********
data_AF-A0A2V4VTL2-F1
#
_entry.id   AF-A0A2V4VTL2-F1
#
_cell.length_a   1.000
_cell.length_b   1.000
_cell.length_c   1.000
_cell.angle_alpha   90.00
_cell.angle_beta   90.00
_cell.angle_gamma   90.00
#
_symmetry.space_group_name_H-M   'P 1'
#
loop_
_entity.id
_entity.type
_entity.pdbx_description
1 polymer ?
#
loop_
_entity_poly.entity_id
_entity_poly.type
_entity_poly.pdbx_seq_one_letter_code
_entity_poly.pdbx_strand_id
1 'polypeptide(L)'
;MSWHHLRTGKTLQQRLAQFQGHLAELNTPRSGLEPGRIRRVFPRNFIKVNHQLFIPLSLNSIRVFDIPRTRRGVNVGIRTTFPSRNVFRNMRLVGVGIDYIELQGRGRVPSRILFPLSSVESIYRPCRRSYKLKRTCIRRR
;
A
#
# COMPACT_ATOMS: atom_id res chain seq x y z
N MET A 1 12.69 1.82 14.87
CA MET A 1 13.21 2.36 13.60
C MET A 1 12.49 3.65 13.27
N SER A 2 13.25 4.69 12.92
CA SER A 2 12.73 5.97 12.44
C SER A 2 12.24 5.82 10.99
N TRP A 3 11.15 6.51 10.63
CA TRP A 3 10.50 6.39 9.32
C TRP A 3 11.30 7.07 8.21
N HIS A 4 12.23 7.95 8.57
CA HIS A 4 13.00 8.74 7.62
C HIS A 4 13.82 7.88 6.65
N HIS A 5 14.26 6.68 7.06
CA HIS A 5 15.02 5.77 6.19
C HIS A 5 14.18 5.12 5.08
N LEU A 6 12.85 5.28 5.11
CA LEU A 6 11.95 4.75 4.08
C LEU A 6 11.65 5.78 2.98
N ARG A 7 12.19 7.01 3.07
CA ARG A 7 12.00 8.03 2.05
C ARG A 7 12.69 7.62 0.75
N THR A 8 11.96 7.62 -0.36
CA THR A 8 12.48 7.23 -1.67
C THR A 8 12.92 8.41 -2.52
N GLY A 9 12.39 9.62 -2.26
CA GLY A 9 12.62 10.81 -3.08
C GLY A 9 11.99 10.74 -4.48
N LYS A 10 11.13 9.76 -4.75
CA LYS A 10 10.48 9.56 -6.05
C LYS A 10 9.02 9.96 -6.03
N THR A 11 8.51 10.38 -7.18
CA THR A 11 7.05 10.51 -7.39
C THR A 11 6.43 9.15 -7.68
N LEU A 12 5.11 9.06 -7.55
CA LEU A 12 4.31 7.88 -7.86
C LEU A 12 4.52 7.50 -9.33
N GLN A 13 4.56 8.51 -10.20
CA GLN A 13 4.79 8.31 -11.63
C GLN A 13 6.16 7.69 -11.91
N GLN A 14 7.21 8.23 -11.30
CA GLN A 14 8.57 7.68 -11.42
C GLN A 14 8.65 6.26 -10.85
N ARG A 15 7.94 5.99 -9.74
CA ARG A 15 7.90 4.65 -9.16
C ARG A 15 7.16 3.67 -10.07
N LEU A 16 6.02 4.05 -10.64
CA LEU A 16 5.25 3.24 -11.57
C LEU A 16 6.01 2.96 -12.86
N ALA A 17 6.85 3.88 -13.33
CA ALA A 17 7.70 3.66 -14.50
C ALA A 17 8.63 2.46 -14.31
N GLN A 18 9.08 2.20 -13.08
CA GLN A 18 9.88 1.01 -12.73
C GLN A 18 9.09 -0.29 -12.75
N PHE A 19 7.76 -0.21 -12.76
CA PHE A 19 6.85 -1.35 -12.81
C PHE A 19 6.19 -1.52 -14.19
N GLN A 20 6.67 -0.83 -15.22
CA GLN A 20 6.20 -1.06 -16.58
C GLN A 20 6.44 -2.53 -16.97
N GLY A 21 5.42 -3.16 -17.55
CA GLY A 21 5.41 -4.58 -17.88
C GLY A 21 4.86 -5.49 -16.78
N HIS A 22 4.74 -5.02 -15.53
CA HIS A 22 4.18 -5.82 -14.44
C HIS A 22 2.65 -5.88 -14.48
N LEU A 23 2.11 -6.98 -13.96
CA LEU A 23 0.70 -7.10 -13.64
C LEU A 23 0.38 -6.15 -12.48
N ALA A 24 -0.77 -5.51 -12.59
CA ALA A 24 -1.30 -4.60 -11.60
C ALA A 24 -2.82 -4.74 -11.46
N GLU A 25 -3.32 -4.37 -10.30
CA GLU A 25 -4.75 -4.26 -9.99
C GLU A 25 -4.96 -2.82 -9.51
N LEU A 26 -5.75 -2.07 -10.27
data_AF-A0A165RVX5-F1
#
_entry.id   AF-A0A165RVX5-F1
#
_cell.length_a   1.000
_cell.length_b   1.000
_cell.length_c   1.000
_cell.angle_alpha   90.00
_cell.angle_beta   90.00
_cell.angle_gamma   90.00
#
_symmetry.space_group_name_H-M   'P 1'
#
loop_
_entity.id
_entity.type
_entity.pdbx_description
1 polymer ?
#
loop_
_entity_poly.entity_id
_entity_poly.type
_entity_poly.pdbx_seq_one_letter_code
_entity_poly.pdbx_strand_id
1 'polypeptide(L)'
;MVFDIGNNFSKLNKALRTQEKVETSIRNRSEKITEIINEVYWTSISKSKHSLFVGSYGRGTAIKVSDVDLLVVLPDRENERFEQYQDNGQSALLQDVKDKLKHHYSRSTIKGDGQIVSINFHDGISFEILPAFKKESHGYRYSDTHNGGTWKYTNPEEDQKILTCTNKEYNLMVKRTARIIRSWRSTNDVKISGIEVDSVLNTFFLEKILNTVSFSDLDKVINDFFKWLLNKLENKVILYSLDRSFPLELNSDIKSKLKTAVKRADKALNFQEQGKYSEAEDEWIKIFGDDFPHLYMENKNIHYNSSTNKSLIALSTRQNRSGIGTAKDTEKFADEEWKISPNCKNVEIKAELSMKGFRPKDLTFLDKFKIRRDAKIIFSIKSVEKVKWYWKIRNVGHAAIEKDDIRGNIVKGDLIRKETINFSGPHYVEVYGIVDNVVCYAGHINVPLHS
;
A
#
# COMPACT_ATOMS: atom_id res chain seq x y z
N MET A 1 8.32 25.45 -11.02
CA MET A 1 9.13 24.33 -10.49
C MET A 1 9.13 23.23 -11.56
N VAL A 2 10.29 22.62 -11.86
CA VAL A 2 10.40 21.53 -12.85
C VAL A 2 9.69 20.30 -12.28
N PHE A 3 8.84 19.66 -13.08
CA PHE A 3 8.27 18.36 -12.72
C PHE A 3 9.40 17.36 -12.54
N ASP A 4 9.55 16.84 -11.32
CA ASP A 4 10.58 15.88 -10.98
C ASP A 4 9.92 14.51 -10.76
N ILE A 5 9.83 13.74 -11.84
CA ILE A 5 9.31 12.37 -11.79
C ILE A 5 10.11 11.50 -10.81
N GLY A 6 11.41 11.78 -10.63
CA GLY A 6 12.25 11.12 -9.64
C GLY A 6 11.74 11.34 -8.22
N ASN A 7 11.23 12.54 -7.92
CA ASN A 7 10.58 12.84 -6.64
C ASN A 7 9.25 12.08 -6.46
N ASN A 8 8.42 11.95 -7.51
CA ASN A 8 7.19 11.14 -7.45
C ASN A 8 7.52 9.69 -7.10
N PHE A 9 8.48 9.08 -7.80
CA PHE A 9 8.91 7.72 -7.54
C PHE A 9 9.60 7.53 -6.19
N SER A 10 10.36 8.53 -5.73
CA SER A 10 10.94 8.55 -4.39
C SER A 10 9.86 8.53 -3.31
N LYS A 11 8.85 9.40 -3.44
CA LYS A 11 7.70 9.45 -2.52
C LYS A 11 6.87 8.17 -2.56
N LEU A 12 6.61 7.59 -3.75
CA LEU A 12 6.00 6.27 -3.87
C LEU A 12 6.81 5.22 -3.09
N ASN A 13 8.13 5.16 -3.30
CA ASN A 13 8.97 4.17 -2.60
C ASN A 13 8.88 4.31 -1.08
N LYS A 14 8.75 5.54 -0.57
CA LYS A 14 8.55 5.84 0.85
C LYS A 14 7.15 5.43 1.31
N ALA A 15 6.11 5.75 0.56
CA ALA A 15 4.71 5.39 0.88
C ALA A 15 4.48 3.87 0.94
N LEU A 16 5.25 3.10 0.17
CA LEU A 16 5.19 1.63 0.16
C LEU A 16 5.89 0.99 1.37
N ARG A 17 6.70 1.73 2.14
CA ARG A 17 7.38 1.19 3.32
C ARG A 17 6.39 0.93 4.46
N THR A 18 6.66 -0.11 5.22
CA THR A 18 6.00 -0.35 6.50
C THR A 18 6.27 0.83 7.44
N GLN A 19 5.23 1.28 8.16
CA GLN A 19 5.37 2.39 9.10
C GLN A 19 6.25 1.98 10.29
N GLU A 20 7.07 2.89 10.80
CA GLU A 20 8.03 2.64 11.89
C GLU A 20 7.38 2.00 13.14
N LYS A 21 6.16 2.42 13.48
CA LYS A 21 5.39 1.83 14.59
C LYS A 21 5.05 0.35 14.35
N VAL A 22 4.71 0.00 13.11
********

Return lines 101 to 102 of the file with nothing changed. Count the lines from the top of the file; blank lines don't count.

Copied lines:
CA ALA A 24 -1.30 -4.60 -11.60
C ALA A 24 -2.82 -4.74 -11.46